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WPI 330.50 Employment Discrimination—Wrongful Termination in Violation of Public Policy

6A WAPRAC WPI 330.50Washington Practice Series TMWashington Pattern Jury Instructions--Civil

6A Wash. Prac., Wash. Pattern Jury Instr. Civ. WPI 330.50 (7th ed.)
Washington Practice Series TM
Washington Pattern Jury Instructions--Civil
April 2022 Update
Washington State Supreme Court Committee on Jury Instructions
Part XVI. Employment
Chapter 330. Employment Discrimination
WPI 330.50 Employment Discrimination—Wrongful Termination in Violation of Public Policy
It is unlawful to terminate an employee [for refusing to commit an unlawful act] [for performing a public duty] [for exercising a legal right or privilege] [in retaliation for reporting employer misconduct].
Use this instruction when a plaintiff claims that a public policy was involved in a termination from employment. If the plaintiff's claim does not fall within one of the bracketed scenarios, a different instruction consistent with Gardner v. Loomis Armored, Inc. 128 Wn.2d 931, 941, 913 P.2d 377 (1996), may need to be drafted.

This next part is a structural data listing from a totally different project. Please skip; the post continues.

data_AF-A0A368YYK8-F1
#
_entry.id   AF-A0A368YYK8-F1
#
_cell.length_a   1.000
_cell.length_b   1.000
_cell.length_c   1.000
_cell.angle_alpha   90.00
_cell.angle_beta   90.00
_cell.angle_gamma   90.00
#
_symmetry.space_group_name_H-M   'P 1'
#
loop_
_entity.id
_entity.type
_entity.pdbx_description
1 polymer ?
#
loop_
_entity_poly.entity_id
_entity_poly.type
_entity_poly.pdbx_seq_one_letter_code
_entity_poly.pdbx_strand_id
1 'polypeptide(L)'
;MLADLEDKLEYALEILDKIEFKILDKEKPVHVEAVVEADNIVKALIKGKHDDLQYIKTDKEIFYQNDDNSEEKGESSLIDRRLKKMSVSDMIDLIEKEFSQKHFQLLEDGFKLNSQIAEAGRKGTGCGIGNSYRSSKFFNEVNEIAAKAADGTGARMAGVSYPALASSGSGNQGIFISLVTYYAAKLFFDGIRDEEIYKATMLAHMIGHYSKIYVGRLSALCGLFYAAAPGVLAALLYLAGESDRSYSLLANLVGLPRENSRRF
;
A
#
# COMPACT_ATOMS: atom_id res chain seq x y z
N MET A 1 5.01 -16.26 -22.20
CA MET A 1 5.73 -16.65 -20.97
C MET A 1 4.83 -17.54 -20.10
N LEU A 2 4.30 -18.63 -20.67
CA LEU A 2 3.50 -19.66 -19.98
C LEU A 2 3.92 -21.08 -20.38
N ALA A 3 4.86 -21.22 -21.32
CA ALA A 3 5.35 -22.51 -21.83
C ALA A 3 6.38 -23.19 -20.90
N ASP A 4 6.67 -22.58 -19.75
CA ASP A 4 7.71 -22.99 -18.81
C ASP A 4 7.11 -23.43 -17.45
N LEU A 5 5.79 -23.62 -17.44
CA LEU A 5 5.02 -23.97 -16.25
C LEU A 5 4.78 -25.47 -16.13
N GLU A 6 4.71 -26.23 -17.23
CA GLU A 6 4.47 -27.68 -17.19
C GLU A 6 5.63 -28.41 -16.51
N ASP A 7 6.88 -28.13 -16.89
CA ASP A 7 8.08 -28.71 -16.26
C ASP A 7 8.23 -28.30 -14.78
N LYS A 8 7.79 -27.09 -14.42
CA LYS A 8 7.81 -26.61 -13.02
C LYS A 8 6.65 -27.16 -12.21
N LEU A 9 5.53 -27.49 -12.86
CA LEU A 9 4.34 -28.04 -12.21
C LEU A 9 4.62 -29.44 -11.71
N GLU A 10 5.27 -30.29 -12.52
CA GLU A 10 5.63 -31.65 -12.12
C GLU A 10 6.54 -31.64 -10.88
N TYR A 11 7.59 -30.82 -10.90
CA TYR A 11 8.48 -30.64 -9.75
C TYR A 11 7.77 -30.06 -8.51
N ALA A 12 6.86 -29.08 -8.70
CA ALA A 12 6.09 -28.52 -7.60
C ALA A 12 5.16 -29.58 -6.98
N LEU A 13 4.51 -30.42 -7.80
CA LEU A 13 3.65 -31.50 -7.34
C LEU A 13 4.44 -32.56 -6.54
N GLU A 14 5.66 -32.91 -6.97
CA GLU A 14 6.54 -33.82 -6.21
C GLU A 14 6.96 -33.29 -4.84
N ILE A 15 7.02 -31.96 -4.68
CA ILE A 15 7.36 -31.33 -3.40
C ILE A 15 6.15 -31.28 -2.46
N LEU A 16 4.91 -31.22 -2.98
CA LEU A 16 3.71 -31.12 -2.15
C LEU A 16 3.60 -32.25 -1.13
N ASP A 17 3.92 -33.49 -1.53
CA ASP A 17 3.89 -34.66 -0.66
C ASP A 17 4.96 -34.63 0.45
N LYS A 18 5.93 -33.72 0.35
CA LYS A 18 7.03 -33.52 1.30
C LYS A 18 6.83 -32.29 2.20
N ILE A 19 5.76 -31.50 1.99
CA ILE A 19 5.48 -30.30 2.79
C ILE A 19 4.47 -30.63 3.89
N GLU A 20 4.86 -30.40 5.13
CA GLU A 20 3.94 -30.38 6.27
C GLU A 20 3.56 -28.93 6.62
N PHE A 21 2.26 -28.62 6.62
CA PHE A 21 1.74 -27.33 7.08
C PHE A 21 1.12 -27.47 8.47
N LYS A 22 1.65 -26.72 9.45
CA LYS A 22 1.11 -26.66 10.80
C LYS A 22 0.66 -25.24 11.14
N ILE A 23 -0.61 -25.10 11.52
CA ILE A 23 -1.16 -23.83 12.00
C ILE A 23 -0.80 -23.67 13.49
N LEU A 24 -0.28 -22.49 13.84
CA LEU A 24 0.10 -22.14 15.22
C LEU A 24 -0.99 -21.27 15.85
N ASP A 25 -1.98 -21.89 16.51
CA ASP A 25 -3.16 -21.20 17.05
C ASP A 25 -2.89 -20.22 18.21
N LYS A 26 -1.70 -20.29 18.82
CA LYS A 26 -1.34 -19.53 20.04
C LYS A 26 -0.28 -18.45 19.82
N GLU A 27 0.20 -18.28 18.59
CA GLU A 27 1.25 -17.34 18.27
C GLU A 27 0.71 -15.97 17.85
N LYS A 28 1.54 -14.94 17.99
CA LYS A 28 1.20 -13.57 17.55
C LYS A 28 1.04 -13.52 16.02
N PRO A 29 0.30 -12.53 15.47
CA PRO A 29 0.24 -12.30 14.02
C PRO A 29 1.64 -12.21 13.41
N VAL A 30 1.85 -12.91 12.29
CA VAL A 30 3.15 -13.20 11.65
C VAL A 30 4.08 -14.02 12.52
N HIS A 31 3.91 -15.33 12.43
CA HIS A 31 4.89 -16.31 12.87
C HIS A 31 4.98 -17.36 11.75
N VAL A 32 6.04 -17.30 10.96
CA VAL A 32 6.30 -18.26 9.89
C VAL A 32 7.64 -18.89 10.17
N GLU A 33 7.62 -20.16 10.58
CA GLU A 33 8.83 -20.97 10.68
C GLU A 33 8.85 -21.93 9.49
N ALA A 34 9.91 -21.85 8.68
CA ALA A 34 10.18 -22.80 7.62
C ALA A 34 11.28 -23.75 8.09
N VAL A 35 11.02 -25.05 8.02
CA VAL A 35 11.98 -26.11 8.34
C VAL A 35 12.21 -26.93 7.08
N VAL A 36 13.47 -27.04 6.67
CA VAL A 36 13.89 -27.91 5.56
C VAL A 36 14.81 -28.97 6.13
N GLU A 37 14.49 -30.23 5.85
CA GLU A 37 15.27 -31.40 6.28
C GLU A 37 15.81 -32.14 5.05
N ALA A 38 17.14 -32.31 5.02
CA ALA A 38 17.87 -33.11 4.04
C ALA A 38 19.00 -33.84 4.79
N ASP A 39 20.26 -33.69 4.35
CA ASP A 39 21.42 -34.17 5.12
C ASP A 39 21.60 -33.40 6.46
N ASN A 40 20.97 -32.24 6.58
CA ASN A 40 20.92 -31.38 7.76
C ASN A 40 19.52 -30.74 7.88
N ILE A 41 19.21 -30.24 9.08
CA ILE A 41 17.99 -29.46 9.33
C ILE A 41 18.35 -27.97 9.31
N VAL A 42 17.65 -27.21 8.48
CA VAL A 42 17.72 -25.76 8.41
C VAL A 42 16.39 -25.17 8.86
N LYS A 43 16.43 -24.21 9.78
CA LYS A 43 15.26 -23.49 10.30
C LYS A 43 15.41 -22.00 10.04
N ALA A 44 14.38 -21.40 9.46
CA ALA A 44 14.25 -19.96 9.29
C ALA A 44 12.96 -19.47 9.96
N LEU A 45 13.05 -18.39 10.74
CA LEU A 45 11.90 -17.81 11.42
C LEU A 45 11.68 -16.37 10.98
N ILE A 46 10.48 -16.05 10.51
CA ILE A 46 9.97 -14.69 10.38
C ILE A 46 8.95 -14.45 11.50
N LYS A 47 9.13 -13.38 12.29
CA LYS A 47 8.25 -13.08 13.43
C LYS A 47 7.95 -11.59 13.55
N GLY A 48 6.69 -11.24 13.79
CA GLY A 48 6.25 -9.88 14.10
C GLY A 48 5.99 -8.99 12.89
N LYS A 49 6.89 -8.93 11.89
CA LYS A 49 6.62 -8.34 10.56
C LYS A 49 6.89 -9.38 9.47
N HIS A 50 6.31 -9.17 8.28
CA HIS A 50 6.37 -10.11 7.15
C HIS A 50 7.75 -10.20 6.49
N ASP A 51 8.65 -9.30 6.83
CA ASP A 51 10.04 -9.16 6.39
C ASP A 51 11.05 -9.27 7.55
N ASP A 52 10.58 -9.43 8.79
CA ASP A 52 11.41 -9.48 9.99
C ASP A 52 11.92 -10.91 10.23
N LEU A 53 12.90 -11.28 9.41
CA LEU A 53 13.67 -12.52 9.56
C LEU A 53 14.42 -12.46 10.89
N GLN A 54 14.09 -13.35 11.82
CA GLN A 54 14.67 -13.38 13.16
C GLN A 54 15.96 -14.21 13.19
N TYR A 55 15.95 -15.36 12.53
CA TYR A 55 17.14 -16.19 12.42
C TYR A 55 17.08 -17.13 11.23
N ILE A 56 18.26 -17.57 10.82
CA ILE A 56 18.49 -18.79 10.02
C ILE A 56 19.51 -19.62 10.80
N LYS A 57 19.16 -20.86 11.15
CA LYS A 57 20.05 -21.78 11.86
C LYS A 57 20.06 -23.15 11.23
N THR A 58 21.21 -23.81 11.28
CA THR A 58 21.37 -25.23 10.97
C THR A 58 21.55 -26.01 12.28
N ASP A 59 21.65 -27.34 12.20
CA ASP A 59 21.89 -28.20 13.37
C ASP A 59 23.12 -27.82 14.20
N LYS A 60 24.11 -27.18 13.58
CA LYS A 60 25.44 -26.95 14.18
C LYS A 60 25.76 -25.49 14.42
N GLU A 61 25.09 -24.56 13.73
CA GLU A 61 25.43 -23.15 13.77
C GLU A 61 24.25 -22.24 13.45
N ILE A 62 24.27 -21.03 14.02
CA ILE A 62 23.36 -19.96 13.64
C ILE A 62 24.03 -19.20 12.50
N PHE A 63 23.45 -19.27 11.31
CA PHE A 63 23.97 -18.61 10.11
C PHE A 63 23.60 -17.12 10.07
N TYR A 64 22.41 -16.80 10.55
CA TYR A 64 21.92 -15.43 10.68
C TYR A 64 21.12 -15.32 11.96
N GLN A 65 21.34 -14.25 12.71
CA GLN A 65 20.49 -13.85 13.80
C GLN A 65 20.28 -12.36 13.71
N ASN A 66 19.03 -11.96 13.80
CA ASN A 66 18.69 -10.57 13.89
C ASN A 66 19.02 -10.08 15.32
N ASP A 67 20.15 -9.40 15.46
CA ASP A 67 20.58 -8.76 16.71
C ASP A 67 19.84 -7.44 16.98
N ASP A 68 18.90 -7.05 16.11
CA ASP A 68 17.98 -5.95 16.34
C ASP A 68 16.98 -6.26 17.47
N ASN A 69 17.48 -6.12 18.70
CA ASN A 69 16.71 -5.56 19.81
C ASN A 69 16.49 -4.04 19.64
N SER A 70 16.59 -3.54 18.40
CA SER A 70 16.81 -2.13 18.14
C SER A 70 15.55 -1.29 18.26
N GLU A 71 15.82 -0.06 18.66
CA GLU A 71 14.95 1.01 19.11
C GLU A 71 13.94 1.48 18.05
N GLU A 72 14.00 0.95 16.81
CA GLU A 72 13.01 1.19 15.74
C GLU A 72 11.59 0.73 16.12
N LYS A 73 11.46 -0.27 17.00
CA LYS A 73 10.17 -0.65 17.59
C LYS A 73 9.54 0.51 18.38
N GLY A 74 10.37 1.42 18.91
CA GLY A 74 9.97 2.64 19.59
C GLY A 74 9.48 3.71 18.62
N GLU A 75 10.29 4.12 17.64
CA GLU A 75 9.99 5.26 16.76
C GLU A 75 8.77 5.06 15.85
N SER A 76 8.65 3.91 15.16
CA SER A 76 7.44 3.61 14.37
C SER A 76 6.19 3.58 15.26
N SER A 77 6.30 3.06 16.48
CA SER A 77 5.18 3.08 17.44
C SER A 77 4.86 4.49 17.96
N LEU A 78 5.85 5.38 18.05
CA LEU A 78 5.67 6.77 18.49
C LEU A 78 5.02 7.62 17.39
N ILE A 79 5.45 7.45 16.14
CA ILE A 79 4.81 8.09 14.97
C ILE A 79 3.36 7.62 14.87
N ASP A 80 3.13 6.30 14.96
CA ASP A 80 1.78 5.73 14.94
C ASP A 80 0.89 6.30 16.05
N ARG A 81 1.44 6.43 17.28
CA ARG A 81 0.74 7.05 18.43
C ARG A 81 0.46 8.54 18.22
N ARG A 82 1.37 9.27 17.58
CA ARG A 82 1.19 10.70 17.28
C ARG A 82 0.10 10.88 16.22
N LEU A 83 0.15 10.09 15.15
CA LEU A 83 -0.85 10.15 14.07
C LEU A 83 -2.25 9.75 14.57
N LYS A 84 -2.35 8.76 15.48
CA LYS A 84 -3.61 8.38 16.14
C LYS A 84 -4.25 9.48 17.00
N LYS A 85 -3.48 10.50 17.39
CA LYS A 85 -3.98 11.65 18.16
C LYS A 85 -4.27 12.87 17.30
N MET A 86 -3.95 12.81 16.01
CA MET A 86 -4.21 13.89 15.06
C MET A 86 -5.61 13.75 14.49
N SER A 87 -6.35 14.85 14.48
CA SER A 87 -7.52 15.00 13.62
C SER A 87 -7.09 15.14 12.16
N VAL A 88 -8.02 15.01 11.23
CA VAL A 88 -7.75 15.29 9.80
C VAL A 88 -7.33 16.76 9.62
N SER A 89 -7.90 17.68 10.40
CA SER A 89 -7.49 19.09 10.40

Three decisions of the Washington Supreme Court altered the Washington common law tort of wrongful termination in violation of a public policy: Becker v. Community Health Systems, 184 Wn.2d 252, 359 P.3d 746 (2015), Rose v. Anderson Hay & Grain Co., 184 Wn.2d 268, 358 P.3d 1159 (2015), and Rickman v. Premera Blue Cross, 184 Wn.2d 300, 358 P.3d 1153 (2015). These decisions effectively overruled Cudney v. ALSCO, Inc., 172 Wn.2d 524, 259 P.3d 244 (2011). Because of these cases, the focus of the claim is now on whether the employee is engaging in an activity protected by public policy and not whether there are alternate means of protecting or advancing the public policy at issue.
To support a claim, the termination may be direct, by an employer, or it may be constructive, when the employee believes it necessary to resign. Becker, 184 Wn.2d at 257. For the latter circumstance, see WPI 330.52 (Employment Discrimination—Constructive Discharge—Burden of Proof).
Whether a public policy is involved is a question of law to be decided by a court. Hubbard v. Spokane Cnty., 146 Wn.2d 699, 708, 50 P.3d 602 (2002), overruled on other grounds by Rose, 184 Wn.2d at 278–286.
[Current as of October 2020.]
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